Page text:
‘Indigenous In the Edge’ outlines lives of 17 ethnic groups in Bangladesh
The Chittagong Hill Tracts and plain land are home to over 50 indigenous groups who are diverse in their language, clothing, food habits, livelihood, religions, and cultural rituals and traditions.
"Unfortunately traditional cultural activities of these communities are now at risk due to change brought about by modern civilization, poverty, and external factors such as negative attitude and actions of certain groups of people", writes Shaheen Anam, Executive Director of Manusher Jonno Foundation, in her introduction to MJF's recently published documentation of Bangladesh's indigenous communities.
Indigenous In The Edge: A Documentation of the Plain Land Ethnic People of Bangladesh (Manusher Jonno Foundation, 2022), supported by UK Aid, is a collection of profiles and photographs that outline the cultural practices of 17 of these indigenous peoples.
Members of each community have reviewed the information that attempts to offer insight into the histories, homes, the clans and tribes that make up each community, the food habits and religious and cultural practices, and the languages, written and oral, they employ.
"The education rate among the Malo community is poor", says a chapter on the ethnic group that came to Bangladesh from Ranchi India, and currently resides in the village of Ghoraghat in the district of Dinajpur. "The dropout rate from primary and secondary school levels is high, but girls are ahead of boys in education. Unemployment is the biggest problem for them. They are losing their language, culture, and ancestral customs at times."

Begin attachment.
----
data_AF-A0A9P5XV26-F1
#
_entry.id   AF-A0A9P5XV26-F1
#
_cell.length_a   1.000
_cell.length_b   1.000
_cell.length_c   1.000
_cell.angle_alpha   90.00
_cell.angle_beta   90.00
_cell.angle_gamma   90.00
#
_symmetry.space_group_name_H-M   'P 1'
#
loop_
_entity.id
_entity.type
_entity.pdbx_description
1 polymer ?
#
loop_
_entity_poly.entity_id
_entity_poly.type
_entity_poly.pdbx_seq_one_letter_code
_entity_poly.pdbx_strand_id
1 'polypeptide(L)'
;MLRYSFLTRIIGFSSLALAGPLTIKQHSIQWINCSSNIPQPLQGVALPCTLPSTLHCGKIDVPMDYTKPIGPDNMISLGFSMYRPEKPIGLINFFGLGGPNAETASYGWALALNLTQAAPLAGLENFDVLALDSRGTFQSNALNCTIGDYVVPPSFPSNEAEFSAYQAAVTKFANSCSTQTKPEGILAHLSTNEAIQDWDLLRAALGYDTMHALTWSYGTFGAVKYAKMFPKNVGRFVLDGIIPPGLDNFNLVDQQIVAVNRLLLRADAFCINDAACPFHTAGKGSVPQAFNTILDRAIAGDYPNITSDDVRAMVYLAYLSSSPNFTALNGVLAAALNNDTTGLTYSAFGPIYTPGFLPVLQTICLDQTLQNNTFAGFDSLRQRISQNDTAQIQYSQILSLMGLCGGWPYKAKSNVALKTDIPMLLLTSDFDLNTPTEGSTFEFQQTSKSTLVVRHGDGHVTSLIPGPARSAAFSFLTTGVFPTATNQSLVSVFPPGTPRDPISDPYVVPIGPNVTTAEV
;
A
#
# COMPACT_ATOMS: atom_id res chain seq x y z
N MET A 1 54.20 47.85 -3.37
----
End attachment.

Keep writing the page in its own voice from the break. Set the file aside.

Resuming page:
As Sanjeeb Dhrong, General Secretary of the Bangladesh Indigenous Peoples' Forum, points out in the book, research on indigenous peoples living in the plain land is scarce and it is often this lack of understanding and communication that fuels the discrimination committed against them.
Indigenous In The Edge attempts to fill some of this knowledge gap by featuring the cultural practices, and not just the issues plaguing each community. This allows the book to strike a neutral tone in its text, supplemented by photographs that document the 17 indigenous groups: Garo, Koch, Hajong, Kora, Dalu, Barman, Hodi, Santal, Malo, Patro, Oraon, Munda, Mahato, Mahali, Ganju, Banai, and Khasi, in moments of celebration, faith, and artistry. The text could have been even stronger if the stories were told from the perspective of the ethnic groups' members—writing from the point of view of "us" and not "them".
The collection was put together with concept and coordination by Mohammad Zahed Hasan, Senior Programme Manager, MJF, photography by Din Mohammad Shibli, and a team of contributors and researchers.